Princess Patricia’s Canadian Light Infantry
by Claudia Willetts
Canada was highly honoured when it was announced that His Majesty King George V had been pleased to appoint as its tenth Governor-General, His Royal Highness The Duke of Connaught and Strathearn, third son of Queen Victoria. So reads the introduction by John Cowan in Canada’s Governors-General 1867-1952, of the description of Princess Patricia’s father’s time as Governor-General of Canada, 1911-1916.
Princess Patricia was born in Buckingham Palace on 17 March 1886, as we are told by Major-General Sir George Aston in His Royal Highness The Duke of Connaught and Strathearn: A Life and Intimate Study. As her birthday was Saint Patrick’s Day, there could be little doubt about at least one of the names selected. At the time of Princess Patricia’s family’s stay in Canada, the Princess was in her mid-twenties, and unmarried. Princess Patricia had a genuine affection for Canada and this feeling was warmly reciprocated. Canadians liked the Duke’s daughter’s high spirits, informality, and interest in sports of all types.
Over the summer of 1914, as war grew inevitable, it was announced that Canada would begin to mobilise. During sixteen days, Princess Patricia’s Canadian Light Infantry regiment was founded through the personal initiative and expense of Captain Andrew Hamilton Gault, as a battalion largely of veterans of the Boer War. While the Princess carried on her untiring support of her father’s activities in Canada throughout the first years of World War I, it is unlikely that her name would be as well-known, without her having been closely associated with the raising of this, her “own” Canadian regiment. Before leaving for overseas, the regiment paraded at Ottawa before the Duke, the Duchess, and the Princess who presented them with the gift of a red, blue and gold camp colour which she had made herself.
When Princess Patricia said farewell to her regiment, she told them that she would follow their fortunes closely, and wished everyone a safe return. The “Princess Pats” were inspected by King George V in England, and then proceeded to the front in France and Flanders. Throughout the whole of their war service, this regiment gave the Princess every reason to be proud that it should bear her name. They never lost a position or failed to reach an objective. They received three Victoria Crosses, and suffered severe casualties. Only forty-four of 1,098 original men returned with the regiment at the end of the war. Princess Patricia kept a scrap-book of items that concerned her regiment, and she took the greatest personal interest in all the men, even knitting for them.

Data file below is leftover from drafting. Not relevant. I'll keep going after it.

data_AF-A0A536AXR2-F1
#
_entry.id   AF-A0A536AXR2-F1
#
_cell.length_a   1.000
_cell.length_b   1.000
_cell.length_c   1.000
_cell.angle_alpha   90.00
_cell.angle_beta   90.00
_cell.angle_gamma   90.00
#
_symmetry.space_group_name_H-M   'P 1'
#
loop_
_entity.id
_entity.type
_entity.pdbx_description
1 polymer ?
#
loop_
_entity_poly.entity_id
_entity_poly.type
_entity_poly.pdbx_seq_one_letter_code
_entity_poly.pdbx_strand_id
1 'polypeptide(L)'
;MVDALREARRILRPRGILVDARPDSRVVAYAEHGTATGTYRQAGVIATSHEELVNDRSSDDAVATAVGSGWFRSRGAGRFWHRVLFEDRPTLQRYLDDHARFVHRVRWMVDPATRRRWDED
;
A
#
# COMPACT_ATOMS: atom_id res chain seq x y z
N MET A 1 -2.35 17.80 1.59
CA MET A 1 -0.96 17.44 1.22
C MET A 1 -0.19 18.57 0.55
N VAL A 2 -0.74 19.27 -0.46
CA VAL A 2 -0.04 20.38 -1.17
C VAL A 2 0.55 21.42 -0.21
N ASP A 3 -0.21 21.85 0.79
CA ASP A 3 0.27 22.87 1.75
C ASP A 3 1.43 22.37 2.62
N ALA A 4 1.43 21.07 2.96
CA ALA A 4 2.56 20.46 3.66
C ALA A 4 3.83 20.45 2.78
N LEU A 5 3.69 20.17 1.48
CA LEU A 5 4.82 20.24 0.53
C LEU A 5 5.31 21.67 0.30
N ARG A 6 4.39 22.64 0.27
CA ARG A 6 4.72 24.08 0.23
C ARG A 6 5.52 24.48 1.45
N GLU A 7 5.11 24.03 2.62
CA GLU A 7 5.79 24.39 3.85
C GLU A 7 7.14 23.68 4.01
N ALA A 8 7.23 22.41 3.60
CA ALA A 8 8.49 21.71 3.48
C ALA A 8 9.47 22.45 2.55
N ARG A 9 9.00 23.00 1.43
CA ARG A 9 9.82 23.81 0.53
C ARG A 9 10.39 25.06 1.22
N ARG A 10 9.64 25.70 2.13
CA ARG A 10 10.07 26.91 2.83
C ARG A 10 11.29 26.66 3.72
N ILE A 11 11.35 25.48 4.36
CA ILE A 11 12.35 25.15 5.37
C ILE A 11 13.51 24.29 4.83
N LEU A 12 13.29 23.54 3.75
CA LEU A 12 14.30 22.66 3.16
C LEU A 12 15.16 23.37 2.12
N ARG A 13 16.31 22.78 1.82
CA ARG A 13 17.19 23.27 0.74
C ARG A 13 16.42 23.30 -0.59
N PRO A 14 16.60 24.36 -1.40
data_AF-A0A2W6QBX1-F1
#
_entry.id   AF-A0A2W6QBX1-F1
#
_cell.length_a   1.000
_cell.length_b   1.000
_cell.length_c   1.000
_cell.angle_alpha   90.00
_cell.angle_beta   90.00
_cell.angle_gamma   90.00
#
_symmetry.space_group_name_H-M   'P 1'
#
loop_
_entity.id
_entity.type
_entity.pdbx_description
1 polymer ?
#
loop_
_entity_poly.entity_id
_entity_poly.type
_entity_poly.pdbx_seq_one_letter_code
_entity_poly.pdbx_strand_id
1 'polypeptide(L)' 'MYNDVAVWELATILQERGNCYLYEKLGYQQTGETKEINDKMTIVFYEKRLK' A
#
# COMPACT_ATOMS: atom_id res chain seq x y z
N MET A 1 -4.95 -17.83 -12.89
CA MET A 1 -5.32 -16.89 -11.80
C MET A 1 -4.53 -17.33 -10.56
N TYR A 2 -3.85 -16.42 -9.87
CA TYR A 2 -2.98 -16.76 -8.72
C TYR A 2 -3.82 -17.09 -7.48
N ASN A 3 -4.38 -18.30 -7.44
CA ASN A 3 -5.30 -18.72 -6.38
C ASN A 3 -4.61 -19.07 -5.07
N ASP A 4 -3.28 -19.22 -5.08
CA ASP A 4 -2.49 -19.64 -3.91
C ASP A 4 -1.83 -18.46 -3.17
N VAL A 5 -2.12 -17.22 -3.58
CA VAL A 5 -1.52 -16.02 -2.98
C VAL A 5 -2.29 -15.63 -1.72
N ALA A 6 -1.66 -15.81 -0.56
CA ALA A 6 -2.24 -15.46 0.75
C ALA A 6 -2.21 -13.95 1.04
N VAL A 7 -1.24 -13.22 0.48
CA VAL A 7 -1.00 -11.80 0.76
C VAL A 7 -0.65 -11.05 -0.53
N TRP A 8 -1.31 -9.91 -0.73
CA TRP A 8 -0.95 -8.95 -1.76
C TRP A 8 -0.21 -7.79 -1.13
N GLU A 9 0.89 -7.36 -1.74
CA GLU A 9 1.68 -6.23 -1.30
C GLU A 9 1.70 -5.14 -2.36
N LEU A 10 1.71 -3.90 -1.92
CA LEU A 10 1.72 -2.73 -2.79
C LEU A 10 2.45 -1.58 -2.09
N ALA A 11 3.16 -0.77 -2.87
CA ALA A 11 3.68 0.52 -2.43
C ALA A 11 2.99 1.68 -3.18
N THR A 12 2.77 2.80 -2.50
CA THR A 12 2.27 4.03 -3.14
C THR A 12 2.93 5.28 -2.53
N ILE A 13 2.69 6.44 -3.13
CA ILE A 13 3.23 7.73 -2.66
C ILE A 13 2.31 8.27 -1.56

EC Russell in Customs and Traditions of the Canadian Armed Forces, tells us that the camp colour was consecrated as the regimental colour after the war, and that Princess Patricia, now colonel-in-chief, presented a laurel wreath of silver gilt, known as the “Wreath of Immortelles” to be borne on the regimental colour, in recognition of their heroic services.
The Patricias were quickly brought up to full strength at the beginning of World War II, inspected by King George VI, and reviewed by their colonel-in-chief, who had become Lady Patricia Ramsay following her marriage. They engraved on Italy a record that was as glorious in accomplishment as it was tragic in losses, according to Ducimus: The Regiments of the Canadian Infantry, compiled by Major Michael Mitchell. Not long afterward, the regiment entered war again, this time in Korea, where the 2nd Battalion became the only Canadian unit to receive the Distinguished Unit Citation from the President of the United States to recognise the bravery of its stand near Kapyong, 1951. The use of a streamer attached to the pike of the regimental colour representing this honour, an American practice, was authorised by King George VI shortly before his death.
The sixtieth anniversary of the founding of the regiment was celebrated in 1974, though Lady Patricia Ramsay had died in January of that year, after almost sixty years of fostering its well-being with affection and pride, according to Jeffery Williams in Princess Patricia’s Canadian Light Infantry. Before her death, Lady Patricia made it known that, subject to the wishes of the regiment, she hoped her successor as colonel-in-chief would be her god-daughter, Lady Patricia Brabourne, (now Countess Mountbatten of Burma), who was also a great granddaughter of Queen Victoria. The regiment was delighted, the Queen approved, and so the new colonel-in-chief took the salute at the trooping the colour in the diamond jubilee year. By express wish of her father Lord Mountbatten, who had accompanied the new colonel-in-chief on three visits to the regiment, a thirty-man guard represented the regiment at his funeral five years later. Countess Mountbatten remains a devoted colonel-in-chief to her regiment the PPCLI, and regularly visits them wherever they are serving as peacekeepers in the world.